Tuesday, November 28, 2017

More on Court-Packing: The Idaho Workaround

Richard Primus

Over at the Harvard Law Review’s new blog, I have a short essay about the court-packing plan that Steven Calabresi and Shams Hirji recently proposed.  The bottom line of my essay is that the Calabresi-Hirji proposal is big-C constitutional and small-c anti-constitutional.  It’s within Congress’s formal authority to enact, but it rests on a view of partisan conflict as death struggle rather than as competition between legitimate alternatives within a constitutional order, and if enacted, it could crash the system. 

Further specification of that idea is the work of that other essay.  So if you have the time and interest to read both that post and this one, read that one first.  And there have been several thoughtful posts on this blog and elsewhere since I posted my essay, from multiple points of view.  Readers interested in a broad conversation could read Jack Balkin, Mark Tushnet, Ilya Somin, Josh Blackman, Neil Siegel, and David Super, as well as a response to my initial essay from Calabresi and Hirji themselves.  I particularly recommend the Calabresi-Hirji response.

A predictive note: My sense, for what it is worth, is that Congress is unlikely to pass Calabresi-Hirji (though more moderate expansions of the judiciary are more conceivable).  That’s not because I think the procedural rules of the Senate guarantee that such a proposal couldn’t be enacted without sixty votes: Calabresi-Hirji is what Tushnet calls constitutional hardball, and when hardball is the game it’s a mistake to put too much stock in procedural rules that are subject to manipulation or modification.  My reason for suspecting it won’t happen is about the merits.  If I were guessing, I’d guess that there are enough Republicans who would oppose the idea, whether for reasons of principle or prudence or both (and yes, one might challenge the dichotomy), that Calabresi-Hirji could not get through Congress.  To be sure, I could be wrong: two years ago I was confident that the Republican Party would not nominate Donald Trump, so I recognize that my sense that Calabresi-Hirji won’t be enacted could be yet another instance of my own remaining naivete.  Still, as of today I think it unlikely.  But even if we knew for certain that the proposal would not be adopted, it would still be well worth discussing.  The fact that it can be proposed at all by a player as prominent and consequential as Calabresi is itself a salient fact about the state of constitutional discourse, and constitutional conflict, at the present moment.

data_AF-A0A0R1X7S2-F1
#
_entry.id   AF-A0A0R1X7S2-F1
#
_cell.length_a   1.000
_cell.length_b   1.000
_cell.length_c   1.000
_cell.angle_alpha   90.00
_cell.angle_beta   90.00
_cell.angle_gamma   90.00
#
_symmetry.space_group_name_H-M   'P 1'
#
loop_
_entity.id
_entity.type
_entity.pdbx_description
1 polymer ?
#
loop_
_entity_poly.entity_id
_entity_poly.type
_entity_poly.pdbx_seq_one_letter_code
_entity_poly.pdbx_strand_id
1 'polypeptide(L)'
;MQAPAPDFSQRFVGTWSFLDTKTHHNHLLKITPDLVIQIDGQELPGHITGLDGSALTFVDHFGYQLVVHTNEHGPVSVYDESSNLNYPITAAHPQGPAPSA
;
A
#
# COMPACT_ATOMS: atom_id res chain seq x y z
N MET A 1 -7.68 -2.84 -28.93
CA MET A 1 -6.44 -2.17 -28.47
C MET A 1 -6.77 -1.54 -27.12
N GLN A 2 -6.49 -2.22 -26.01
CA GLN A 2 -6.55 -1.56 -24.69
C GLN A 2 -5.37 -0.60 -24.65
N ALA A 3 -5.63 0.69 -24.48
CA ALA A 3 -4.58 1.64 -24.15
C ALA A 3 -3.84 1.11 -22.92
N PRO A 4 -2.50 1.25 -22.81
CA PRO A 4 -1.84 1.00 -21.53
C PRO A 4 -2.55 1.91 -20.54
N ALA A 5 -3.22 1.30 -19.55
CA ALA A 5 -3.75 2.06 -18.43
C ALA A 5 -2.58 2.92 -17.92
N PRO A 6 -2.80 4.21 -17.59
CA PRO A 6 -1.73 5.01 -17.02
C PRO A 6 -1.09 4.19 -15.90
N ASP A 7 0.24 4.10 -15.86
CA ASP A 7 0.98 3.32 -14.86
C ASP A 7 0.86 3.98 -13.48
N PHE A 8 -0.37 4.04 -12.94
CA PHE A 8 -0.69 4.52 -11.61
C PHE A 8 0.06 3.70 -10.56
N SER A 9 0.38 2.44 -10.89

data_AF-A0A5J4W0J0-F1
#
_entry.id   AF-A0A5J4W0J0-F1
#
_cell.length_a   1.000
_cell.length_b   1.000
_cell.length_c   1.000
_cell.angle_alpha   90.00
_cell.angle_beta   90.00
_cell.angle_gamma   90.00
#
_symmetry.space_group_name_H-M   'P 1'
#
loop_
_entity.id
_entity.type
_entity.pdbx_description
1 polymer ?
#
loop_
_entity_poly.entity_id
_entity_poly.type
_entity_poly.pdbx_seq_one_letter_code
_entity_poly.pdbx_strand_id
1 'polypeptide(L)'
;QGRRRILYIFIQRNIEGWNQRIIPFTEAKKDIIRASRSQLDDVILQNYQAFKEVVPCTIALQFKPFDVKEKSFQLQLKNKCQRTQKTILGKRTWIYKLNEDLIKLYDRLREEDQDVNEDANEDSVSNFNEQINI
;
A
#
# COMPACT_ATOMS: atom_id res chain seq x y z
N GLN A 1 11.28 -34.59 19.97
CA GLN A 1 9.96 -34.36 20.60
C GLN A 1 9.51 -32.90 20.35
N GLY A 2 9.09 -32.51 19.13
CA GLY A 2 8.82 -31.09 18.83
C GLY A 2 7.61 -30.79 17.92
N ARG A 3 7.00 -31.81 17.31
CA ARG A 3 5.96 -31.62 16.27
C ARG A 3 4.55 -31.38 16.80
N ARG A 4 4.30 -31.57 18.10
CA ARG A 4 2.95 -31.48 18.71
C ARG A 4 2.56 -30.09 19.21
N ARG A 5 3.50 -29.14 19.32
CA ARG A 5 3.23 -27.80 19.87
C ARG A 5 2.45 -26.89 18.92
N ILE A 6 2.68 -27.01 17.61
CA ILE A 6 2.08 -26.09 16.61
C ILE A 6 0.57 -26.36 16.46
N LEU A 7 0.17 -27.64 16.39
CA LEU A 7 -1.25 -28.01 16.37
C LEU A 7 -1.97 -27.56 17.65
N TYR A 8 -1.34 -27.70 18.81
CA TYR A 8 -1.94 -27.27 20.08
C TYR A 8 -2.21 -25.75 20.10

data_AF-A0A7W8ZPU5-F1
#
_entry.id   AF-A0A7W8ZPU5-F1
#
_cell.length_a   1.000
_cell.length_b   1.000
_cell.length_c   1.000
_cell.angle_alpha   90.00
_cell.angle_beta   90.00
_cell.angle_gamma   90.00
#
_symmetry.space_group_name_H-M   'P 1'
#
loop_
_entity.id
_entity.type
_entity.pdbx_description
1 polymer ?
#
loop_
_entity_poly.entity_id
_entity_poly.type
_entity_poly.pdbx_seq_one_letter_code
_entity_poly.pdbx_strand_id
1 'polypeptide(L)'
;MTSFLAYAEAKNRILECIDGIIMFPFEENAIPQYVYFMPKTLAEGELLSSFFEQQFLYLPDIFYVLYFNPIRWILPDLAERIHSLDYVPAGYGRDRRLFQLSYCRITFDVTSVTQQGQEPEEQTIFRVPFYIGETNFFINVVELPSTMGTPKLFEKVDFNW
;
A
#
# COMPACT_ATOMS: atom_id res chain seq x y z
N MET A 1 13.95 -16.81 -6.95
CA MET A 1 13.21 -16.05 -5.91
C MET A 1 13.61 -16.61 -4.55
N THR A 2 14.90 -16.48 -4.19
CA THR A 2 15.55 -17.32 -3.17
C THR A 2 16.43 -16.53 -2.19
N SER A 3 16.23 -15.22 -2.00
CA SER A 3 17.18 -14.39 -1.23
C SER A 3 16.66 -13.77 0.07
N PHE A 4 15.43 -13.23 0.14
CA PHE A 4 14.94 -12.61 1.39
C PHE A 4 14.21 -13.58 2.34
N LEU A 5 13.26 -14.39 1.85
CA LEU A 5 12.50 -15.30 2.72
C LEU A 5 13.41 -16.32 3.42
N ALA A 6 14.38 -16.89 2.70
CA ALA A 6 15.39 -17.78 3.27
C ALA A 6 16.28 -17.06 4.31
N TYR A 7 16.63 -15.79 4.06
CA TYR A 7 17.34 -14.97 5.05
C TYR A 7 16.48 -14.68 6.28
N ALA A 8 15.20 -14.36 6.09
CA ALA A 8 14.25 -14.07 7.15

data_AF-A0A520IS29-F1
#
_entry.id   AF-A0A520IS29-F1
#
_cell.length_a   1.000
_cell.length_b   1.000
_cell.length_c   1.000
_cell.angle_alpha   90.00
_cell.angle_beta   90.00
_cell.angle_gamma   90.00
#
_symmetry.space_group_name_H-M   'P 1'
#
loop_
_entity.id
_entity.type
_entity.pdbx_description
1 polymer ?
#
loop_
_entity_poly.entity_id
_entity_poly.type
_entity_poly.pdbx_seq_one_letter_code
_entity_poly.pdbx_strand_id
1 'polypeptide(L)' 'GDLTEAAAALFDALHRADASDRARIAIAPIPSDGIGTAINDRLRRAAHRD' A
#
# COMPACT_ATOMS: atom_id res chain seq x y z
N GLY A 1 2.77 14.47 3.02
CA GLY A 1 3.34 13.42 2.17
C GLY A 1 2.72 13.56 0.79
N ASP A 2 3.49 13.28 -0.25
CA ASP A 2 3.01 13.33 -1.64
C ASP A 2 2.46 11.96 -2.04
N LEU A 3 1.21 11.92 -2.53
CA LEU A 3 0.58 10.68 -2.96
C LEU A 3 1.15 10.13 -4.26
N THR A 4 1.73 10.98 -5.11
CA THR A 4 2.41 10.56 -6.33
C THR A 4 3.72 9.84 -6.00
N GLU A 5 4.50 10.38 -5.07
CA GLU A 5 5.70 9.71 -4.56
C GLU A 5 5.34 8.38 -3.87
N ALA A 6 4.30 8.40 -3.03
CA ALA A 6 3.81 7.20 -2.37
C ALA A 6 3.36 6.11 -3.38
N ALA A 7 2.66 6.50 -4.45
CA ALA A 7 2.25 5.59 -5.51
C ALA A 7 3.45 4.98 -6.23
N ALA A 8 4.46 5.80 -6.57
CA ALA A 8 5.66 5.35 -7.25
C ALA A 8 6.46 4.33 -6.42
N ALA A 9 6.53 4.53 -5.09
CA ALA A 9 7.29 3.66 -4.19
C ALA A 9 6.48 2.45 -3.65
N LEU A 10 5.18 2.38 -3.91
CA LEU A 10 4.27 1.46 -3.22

On that understanding, I want to use this post to go deeper into one part of the analysis I presented in my prior essay: the question of how the Democrats would respond the next time they had unified control of the elected branches, were Calabresi-Hirji to be enacted now.  Again, the point here isn’t prediction, unless I’m wrong about whether Calabresi-Hirji is going to be enacted.  Instead, I want to use Calabresi-Hirji to offer thoughts about two important and related subjects in constitutional theory.  One is the nature of constitutional hardball.  The other is the relationship between the written Constitution and the set of norms that might be called the small-c constitution—including, in the end, the way that intuitions about the latter shape what we think the former says.

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Calabresi-Hirji would create scads of new judgeships on the lower federal courts, to which President Trump would appoint conservatives.  If the proposal were implemented in its strong form, the judiciary would soon be about 80% Republican-appointed.  The straightforward form of Democratic retaliation during the next period of unified Democratic government would to be create yet more judgeships, so that Democratic appointees would outnumber their Republican counterparts.  Within a few cycles there would be thousands of federal appellate judges, with each side deciding that making the judiciary yet more absurdly large was better than letting the other side win. 

But a future Democratic Congress could also retaliate in many other ways.  The retaliations I have in mind are forms of constitutional hardball: they proceed on the assumption that any move consistent with the written Constitution is an acceptable way to advance one’s partisan or ideological interests, whether or not the move is consistent with long-settled norms or the spirit of fair play.  Calabresi-Hirji itself is constitutional hardball.